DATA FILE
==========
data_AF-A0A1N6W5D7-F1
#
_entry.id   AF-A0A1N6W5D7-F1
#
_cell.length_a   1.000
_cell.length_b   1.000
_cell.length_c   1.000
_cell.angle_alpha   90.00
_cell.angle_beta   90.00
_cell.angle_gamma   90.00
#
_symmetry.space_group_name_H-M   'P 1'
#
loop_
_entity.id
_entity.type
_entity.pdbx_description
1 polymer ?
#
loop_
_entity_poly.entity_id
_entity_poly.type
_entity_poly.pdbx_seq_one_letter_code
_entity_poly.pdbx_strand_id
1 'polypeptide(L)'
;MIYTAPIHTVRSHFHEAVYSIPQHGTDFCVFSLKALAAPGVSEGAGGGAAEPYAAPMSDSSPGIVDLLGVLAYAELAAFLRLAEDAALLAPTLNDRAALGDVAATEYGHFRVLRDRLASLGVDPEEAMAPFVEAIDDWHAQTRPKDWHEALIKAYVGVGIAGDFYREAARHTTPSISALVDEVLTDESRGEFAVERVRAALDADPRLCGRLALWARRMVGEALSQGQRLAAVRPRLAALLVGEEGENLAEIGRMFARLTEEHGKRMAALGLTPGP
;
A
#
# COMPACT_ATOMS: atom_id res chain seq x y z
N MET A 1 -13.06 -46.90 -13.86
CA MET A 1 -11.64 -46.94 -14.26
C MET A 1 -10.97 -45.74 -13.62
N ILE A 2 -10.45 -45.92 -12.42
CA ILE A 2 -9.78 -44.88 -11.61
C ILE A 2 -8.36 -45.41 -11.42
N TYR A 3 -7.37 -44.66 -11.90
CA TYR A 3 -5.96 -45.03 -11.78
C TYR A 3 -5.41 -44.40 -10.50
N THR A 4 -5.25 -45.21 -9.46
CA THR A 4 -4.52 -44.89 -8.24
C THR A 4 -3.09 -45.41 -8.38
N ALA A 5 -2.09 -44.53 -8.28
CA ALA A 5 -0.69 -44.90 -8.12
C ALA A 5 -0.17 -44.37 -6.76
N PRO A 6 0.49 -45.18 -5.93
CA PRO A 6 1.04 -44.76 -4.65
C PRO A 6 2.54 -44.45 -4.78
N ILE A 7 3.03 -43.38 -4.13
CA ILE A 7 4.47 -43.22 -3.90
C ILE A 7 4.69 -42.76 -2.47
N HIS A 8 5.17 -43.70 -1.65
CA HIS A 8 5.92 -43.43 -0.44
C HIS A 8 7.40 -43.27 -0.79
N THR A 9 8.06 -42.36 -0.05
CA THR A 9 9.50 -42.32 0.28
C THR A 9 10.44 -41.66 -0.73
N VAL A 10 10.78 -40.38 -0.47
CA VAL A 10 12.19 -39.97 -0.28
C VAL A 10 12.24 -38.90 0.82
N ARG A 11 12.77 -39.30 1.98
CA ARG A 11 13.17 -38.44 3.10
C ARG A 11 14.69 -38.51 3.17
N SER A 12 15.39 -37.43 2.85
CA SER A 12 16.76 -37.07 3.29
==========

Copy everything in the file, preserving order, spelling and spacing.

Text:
data_AF-A0A1N6W5D7-F1
#
_entry.id   AF-A0A1N6W5D7-F1
#
_cell.length_a   1.000
_cell.length_b   1.000
_cell.length_c   1.000
_cell.angle_alpha   90.00
_cell.angle_beta   90.00
_cell.angle_gamma   90.00
#
_symmetry.space_group_name_H-M   'P 1'
#
loop_
_entity.id
_entity.type
_entity.pdbx_description
1 polymer ?
#
loop_
_entity_poly.entity_id
_entity_poly.type
_entity_poly.pdbx_seq_one_letter_code
_entity_poly.pdbx_strand_id
1 'polypeptide(L)'
;MIYTAPIHTVRSHFHEAVYSIPQHGTDFCVFSLKALAAPGVSEGAGGGAAEPYAAPMSDSSPGIVDLLGVLAYAELAAFLRLAEDAALLAPTLNDRAALGDVAATEYGHFRVLRDRLASLGVDPEEAMAPFVEAIDDWHAQTRPKDWHEALIKAYVGVGIAGDFYREAARHTTPSISALVDEVLTDESRGEFAVERVRAALDADPRLCGRLALWARRMVGEALSQGQRLAAVRPRLAALLVGEEGENLAEIGRMFARLTEEHGKRMAALGLTPGP
;
A
#
# COMPACT_ATOMS: atom_id res chain seq x y z
N MET A 1 -13.06 -46.90 -13.86
CA MET A 1 -11.64 -46.94 -14.26
C MET A 1 -10.97 -45.74 -13.62
N ILE A 2 -10.45 -45.92 -12.42
CA ILE A 2 -9.78 -44.88 -11.61
C ILE A 2 -8.36 -45.41 -11.42
N TYR A 3 -7.37 -44.66 -11.90
CA TYR A 3 -5.96 -45.03 -11.78
C TYR A 3 -5.41 -44.40 -10.50
N THR A 4 -5.25 -45.21 -9.46
CA THR A 4 -4.52 -44.89 -8.24
C THR A 4 -3.09 -45.41 -8.38
N ALA A 5 -2.09 -44.53 -8.28
CA ALA A 5 -0.69 -44.90 -8.12
C ALA A 5 -0.17 -44.37 -6.76
N PRO A 6 0.49 -45.18 -5.93
CA PRO A 6 1.04 -44.76 -4.65
C PRO A 6 2.54 -44.45 -4.78
N ILE A 7 3.03 -43.38 -4.13
CA ILE A 7 4.47 -43.22 -3.90
C ILE A 7 4.69 -42.76 -2.47
N HIS A 8 5.17 -43.70 -1.65
CA HIS A 8 5.92 -43.43 -0.44
C HIS A 8 7.40 -43.27 -0.79
N THR A 9 8.06 -42.36 -0.05
CA THR A 9 9.50 -42.32 0.28
C THR A 9 10.44 -41.66 -0.73
N VAL A 10 10.78 -40.38 -0.47
CA VAL A 10 12.19 -39.97 -0.28
C VAL A 10 12.24 -38.90 0.82
N ARG A 11 12.77 -39.30 1.98
CA ARG A 11 13.17 -38.44 3.10
C ARG A 11 14.69 -38.51 3.17
N SER A 12 15.39 -37.43 2.85
CA SER A 12 16.76 -37.07 3.29